Thursday, November 3, 2016

All Souls Day and Grief

Last night was our parish's Remembrance Mass. After the homily, the names are read of all of those parishoners that have gone home this past year. I was shocked at how many people I knew in the congregation this time. I knew that they had lost a loved one, but to see them all together is a different story. It made me think about the sadness that can accompany that kind of loss. Last year, I lost my grandfather, who was the last of my grandparents. As an aside, my grandparents were two of the most amazing people I ever had the privilege to know. I'm not saying this to brag. I'm sure your grandparents were awesome in their own right. I say this to point out that I miss them terribly. We had a remarkably close relationship.

No, I'm not using the parish blog for sympathy points. Later in the mass, I was paying special attention to the Liturgy of the Eucharistic. It had extra meaning for me last night, because I remembered that the mass takes place in heaven too. Every time the priest lifts the host and the chalice, we are not only united with Christ, we are united in the Body of Christ... with the "communion" of saints (see what I did there?).  I realized when I was a kid, I felt something special when we were all together at mass, my extended family. I never really put it together until last night. It was a foreshadowing of how I would be with my family, those still here on Earth and those in Heaven. It's the ultimate family reunion. Every saint is present at the sacrifice of the mass. And this lead me to another thought:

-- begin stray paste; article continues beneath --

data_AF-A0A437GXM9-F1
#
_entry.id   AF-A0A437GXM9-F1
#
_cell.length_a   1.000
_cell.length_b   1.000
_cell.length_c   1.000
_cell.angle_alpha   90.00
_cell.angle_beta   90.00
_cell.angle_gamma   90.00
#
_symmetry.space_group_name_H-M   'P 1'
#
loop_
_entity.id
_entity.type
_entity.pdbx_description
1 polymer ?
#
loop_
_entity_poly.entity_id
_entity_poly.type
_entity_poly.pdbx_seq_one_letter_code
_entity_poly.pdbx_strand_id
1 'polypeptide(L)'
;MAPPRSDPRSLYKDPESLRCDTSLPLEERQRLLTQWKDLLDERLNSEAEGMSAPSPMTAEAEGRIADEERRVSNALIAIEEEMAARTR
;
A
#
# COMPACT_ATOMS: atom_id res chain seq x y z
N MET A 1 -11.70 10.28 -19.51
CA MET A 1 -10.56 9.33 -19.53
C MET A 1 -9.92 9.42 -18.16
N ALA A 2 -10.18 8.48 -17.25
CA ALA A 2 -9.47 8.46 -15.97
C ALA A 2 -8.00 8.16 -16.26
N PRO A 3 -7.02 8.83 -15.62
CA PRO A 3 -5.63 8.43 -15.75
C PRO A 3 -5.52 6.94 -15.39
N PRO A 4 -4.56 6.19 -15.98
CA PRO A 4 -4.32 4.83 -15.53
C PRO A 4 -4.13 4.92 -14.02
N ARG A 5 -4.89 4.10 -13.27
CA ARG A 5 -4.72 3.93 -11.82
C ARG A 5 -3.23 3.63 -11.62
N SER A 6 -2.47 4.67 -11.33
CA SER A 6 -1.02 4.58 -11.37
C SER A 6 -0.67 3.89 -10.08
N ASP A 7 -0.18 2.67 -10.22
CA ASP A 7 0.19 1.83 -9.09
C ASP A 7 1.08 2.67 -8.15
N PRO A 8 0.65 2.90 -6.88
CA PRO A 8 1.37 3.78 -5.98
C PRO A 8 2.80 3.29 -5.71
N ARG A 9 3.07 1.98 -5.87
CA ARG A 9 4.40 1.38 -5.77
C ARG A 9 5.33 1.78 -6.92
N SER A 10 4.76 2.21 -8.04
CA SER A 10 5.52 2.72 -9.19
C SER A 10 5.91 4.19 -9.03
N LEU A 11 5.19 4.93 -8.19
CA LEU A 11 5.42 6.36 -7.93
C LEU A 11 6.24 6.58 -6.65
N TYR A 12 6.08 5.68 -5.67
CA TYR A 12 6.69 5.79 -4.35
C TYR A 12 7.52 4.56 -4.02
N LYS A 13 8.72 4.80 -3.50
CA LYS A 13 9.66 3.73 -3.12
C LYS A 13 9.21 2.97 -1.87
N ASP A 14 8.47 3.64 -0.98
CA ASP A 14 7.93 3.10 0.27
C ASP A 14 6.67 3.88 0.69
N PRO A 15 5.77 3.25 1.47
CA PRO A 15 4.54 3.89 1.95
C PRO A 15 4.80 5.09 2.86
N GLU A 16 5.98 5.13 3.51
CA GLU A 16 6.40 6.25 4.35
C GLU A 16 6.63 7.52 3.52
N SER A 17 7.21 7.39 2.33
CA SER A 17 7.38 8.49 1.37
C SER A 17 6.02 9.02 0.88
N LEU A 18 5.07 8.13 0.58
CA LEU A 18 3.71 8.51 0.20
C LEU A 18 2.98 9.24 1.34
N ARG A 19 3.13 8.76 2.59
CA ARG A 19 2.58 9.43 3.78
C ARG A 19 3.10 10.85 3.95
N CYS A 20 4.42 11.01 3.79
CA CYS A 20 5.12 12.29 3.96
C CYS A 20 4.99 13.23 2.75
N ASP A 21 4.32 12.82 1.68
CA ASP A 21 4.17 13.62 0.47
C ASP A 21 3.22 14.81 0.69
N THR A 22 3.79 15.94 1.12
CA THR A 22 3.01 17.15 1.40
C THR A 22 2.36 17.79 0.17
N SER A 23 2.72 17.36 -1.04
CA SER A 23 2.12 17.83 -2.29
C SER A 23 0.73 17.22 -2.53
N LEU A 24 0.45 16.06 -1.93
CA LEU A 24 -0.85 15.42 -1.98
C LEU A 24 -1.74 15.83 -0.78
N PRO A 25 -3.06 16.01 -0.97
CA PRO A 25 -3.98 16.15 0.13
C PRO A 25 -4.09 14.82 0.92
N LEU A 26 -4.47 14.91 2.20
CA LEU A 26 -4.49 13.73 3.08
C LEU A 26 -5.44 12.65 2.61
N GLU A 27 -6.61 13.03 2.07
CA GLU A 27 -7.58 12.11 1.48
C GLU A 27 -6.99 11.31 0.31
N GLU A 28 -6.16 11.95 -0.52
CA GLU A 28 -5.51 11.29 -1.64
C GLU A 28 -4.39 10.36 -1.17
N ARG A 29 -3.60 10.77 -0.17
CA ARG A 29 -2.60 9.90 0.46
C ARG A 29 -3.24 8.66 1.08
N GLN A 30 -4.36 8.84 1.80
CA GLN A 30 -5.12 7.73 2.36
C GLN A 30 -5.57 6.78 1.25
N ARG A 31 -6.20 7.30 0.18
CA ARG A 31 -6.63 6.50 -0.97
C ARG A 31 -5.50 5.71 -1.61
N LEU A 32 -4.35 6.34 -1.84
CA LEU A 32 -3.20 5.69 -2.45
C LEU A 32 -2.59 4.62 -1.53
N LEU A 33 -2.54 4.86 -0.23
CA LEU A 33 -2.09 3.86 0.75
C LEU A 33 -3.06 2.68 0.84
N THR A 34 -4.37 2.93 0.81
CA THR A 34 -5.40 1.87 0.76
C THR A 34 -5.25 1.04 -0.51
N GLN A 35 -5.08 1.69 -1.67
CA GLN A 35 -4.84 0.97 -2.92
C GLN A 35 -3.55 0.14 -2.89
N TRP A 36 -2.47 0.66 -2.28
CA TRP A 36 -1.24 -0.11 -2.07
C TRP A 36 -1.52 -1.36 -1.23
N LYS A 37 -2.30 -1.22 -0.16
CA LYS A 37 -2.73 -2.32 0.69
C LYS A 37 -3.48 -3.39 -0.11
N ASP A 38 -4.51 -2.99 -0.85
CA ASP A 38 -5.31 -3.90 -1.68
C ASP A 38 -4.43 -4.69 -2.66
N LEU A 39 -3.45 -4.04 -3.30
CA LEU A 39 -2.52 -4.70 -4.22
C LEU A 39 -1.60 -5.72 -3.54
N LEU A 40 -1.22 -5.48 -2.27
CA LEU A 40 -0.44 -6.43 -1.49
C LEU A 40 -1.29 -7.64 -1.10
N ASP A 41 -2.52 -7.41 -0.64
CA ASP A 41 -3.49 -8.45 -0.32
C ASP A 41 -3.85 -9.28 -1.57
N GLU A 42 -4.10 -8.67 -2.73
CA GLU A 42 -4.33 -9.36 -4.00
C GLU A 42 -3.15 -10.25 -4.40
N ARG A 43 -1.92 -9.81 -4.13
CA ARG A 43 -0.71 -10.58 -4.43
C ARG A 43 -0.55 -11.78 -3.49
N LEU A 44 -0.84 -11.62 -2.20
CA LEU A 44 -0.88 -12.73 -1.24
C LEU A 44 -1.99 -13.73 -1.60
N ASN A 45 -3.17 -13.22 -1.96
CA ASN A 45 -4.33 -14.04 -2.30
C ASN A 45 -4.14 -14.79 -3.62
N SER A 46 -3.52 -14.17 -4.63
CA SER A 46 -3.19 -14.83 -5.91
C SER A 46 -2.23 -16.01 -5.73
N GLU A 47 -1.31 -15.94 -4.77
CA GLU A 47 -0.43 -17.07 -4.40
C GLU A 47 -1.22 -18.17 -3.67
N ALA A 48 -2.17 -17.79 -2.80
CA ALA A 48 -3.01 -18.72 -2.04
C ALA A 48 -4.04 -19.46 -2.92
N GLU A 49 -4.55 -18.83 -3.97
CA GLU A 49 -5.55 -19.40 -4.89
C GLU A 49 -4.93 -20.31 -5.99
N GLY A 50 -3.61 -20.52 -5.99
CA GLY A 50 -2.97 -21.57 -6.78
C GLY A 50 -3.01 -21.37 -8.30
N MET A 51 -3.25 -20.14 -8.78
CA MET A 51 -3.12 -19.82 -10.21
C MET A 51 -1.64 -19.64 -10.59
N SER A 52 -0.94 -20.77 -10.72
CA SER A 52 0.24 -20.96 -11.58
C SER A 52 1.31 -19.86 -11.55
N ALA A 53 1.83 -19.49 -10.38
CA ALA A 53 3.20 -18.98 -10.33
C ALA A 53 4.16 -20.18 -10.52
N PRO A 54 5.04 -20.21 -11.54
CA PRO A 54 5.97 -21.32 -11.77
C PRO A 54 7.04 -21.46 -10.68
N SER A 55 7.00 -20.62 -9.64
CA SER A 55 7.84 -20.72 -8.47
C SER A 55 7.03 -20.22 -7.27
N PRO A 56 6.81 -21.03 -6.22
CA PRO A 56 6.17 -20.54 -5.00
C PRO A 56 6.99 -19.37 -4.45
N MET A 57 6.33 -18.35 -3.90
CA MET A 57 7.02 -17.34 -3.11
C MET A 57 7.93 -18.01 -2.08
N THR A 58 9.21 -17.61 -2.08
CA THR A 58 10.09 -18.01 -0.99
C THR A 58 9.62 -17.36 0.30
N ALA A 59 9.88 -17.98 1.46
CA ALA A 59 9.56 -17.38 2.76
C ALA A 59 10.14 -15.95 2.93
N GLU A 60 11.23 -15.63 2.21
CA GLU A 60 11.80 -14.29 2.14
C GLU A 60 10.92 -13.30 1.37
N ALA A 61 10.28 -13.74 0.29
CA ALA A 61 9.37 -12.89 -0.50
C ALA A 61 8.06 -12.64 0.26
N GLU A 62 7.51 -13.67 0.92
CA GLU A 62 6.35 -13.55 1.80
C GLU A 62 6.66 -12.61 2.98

I never really mourned their passing. At first, I thought maybe I was in denial, or not present emotionally, or closed off somehow, all of the classic psychoanalysis terms. Let me clear, I was sad, I knew how empty life seemed without them. But it certainly didn't feel like the classic mourning that I was picturing. I had lost friends and other relatives before that, but never someone as close to me as they were. I guess, in my mind, mourning had something to do with feeling bad that the person has died, like they lost something, or that death itself is a bad thing. No matter how hard I tried, I couldn't associate negative feelings with their deaths. How could I? I knew where they were and I knew it was the most amazing place they could be. I guess I could compare it to your best friend landing his or her dream job working at Disney World. Sure, you'd miss them, but if you truly loved them, you couldn't be anything but happy for them.

So there it is. The consolation of the Eucharistic. I don't know if you've lost someone. I don't know if perhaps someone in your life is ill. But there is so much solace and comfort, if you truly understand and embrace what is happening during the mass. I am so grateful to God for choosing to place my soul in this time and place; for letting me meet such amazing people and have the honor of calling them Mommom and Poppop. But I am most grateful for the gift of His Son, for the gift of His ultimate sacrifice, for the gift of never having to really say goodbye since He has conquered death.

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